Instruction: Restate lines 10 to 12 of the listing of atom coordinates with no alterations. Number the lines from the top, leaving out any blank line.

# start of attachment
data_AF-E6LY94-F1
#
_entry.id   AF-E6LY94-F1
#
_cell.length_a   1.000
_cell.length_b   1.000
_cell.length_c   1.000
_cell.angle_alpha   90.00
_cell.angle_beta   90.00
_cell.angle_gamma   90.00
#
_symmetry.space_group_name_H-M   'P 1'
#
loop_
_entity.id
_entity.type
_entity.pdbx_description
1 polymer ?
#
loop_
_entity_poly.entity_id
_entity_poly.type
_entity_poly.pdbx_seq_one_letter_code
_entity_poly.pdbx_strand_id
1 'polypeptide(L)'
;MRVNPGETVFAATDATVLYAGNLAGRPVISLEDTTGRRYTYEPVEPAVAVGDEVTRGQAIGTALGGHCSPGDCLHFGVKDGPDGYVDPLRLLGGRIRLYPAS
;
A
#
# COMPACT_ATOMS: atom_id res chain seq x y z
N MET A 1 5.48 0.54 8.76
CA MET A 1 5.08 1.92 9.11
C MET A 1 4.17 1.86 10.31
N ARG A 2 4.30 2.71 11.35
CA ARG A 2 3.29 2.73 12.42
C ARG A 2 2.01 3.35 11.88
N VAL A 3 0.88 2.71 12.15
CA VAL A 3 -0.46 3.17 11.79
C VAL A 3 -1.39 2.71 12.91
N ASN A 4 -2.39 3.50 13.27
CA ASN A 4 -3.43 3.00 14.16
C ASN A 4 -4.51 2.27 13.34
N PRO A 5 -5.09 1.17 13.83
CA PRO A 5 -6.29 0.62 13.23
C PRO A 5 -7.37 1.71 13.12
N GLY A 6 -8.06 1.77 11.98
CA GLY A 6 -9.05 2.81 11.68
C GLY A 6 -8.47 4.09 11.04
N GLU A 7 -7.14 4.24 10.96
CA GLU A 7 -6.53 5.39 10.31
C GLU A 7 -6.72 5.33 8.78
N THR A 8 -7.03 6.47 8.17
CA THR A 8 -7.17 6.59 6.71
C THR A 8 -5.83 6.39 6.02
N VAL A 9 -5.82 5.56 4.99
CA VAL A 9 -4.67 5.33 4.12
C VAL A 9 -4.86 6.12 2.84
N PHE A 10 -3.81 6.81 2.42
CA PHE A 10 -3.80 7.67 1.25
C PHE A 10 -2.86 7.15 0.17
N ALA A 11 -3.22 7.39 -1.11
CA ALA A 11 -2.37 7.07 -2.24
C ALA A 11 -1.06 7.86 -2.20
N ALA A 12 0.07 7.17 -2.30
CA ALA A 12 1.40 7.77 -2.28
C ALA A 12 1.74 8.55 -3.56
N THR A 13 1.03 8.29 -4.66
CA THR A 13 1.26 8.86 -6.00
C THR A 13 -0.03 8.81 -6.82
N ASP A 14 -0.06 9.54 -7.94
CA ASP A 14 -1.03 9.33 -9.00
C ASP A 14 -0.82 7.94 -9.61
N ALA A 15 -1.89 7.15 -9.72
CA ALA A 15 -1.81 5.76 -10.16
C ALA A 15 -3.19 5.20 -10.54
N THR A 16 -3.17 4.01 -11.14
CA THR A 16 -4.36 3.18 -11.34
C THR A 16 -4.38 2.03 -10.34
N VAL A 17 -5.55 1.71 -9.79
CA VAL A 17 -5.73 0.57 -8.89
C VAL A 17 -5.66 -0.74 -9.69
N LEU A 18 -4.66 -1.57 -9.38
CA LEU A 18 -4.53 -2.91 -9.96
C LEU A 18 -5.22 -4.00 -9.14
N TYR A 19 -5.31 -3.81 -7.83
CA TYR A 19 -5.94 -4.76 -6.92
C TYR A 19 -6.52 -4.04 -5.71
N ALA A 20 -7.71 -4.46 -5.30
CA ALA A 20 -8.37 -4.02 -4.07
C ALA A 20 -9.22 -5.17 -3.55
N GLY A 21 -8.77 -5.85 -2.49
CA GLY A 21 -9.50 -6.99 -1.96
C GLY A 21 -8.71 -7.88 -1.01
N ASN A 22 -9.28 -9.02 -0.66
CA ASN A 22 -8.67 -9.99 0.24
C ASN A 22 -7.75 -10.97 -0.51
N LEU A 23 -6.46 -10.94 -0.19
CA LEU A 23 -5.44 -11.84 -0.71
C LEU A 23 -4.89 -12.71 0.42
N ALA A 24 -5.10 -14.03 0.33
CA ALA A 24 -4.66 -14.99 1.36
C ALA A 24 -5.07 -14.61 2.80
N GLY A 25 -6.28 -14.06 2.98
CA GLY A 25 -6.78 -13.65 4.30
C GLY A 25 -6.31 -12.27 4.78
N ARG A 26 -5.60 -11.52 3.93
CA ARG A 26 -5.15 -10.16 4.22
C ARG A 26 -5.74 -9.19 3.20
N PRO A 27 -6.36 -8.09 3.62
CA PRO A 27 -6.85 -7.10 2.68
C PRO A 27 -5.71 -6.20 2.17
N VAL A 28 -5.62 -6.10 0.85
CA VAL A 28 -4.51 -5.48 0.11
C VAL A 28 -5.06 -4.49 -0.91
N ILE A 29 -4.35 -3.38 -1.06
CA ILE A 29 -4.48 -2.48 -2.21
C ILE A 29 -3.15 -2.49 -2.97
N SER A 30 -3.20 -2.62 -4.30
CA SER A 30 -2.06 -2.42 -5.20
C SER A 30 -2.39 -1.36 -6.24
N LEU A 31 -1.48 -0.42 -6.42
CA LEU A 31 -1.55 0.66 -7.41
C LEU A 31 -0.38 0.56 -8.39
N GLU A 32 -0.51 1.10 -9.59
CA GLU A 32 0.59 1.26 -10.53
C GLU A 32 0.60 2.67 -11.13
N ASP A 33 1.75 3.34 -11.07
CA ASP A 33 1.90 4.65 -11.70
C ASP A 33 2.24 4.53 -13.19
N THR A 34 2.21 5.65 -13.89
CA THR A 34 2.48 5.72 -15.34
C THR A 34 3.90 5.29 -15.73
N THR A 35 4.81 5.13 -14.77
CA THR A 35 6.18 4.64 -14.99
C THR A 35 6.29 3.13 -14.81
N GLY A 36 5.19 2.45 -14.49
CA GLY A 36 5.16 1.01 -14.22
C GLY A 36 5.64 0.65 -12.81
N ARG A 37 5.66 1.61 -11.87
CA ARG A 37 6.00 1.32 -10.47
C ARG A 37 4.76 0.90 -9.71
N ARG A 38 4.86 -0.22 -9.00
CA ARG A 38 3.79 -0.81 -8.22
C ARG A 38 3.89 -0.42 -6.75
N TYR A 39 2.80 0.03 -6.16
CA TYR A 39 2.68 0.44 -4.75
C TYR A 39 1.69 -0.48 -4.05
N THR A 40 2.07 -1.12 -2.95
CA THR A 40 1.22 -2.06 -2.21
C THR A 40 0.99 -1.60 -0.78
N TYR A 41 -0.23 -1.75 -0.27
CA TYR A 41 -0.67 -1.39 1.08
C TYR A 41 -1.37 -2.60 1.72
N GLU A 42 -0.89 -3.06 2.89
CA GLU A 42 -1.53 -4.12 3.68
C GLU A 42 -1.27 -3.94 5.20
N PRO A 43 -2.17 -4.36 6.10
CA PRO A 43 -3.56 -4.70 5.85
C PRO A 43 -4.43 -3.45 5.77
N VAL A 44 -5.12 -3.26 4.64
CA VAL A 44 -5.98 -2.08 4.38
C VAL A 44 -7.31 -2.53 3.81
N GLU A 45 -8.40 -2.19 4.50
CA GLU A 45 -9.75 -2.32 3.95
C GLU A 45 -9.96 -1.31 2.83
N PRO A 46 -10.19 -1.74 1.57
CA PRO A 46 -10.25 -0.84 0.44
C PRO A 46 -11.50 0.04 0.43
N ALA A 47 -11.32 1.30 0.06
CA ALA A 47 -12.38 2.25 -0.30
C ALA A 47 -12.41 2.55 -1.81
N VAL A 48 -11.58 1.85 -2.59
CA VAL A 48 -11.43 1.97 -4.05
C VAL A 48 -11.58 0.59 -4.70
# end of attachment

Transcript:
_cell.angle_gamma   90.00
#
_symmetry.space_group_name_H-M   'P 1'